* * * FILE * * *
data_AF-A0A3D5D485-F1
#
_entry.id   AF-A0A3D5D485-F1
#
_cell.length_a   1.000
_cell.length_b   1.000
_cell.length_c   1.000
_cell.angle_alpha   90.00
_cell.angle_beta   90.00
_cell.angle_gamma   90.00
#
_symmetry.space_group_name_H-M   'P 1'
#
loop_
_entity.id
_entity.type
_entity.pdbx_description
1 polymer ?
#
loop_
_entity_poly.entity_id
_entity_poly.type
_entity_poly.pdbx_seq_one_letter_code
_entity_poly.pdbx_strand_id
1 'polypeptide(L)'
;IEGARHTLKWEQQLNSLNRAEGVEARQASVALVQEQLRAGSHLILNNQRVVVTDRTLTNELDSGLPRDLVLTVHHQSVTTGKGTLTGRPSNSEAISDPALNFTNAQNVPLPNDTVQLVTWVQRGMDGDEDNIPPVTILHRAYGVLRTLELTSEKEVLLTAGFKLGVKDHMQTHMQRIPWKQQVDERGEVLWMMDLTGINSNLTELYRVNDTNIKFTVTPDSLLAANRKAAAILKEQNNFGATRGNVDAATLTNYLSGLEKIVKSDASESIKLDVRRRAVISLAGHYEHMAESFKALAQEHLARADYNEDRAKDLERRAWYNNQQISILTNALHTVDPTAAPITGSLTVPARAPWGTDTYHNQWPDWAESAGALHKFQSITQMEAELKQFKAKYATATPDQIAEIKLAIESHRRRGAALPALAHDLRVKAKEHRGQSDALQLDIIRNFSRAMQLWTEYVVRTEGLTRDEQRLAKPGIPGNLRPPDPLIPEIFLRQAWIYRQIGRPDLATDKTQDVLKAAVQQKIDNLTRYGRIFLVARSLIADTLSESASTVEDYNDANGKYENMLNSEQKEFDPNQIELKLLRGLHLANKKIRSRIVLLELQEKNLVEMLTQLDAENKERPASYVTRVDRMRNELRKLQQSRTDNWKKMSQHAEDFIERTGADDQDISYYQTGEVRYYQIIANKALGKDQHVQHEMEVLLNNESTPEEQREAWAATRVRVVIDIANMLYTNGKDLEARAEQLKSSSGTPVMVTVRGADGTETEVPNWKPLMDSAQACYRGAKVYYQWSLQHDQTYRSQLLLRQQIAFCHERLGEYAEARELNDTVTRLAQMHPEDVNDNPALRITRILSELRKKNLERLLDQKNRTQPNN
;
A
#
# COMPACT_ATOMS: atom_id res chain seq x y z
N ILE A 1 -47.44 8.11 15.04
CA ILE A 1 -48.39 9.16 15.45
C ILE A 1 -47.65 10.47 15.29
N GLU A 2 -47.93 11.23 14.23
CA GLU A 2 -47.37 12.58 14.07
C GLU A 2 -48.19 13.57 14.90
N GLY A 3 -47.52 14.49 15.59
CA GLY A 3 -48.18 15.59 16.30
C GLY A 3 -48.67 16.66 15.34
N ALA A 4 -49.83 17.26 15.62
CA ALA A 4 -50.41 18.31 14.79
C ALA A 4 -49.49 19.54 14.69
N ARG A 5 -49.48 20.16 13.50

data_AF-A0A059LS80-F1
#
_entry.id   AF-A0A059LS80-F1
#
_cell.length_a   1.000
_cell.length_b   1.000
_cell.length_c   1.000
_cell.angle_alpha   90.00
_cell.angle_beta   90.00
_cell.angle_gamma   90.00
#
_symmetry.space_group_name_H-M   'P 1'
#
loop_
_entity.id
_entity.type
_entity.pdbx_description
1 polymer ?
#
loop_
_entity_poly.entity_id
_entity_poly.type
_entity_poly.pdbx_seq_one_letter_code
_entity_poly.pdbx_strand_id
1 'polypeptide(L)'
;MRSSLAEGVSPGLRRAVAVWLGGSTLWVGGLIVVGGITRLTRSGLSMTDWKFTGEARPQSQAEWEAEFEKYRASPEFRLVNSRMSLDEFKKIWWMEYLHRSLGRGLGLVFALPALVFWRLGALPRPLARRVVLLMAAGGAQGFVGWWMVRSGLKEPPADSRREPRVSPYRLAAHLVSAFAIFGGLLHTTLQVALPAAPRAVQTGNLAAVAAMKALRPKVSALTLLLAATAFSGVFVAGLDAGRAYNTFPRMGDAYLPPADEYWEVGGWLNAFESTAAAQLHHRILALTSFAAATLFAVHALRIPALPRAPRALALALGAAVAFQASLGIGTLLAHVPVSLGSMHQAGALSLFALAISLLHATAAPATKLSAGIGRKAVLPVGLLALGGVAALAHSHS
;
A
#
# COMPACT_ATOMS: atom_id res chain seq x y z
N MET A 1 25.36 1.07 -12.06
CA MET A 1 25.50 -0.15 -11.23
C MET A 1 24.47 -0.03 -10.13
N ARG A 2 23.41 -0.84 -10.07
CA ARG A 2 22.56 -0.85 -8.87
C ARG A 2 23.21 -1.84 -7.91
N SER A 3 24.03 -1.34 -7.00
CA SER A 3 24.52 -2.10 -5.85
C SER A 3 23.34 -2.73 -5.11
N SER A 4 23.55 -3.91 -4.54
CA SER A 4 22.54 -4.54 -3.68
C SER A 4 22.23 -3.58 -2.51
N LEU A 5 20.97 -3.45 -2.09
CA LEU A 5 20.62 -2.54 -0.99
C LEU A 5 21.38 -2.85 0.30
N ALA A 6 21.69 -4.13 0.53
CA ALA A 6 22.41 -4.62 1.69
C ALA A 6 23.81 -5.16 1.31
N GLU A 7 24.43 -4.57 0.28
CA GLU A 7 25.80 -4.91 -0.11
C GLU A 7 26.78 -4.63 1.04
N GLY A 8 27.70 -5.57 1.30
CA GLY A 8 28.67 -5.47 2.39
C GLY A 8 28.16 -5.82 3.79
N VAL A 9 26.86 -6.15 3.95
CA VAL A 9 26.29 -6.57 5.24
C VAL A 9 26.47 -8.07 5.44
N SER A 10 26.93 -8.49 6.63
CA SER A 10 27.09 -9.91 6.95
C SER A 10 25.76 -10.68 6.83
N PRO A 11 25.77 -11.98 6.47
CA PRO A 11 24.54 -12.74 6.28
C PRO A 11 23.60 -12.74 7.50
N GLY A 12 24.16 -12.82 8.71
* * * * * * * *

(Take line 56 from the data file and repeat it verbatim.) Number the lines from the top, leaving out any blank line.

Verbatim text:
#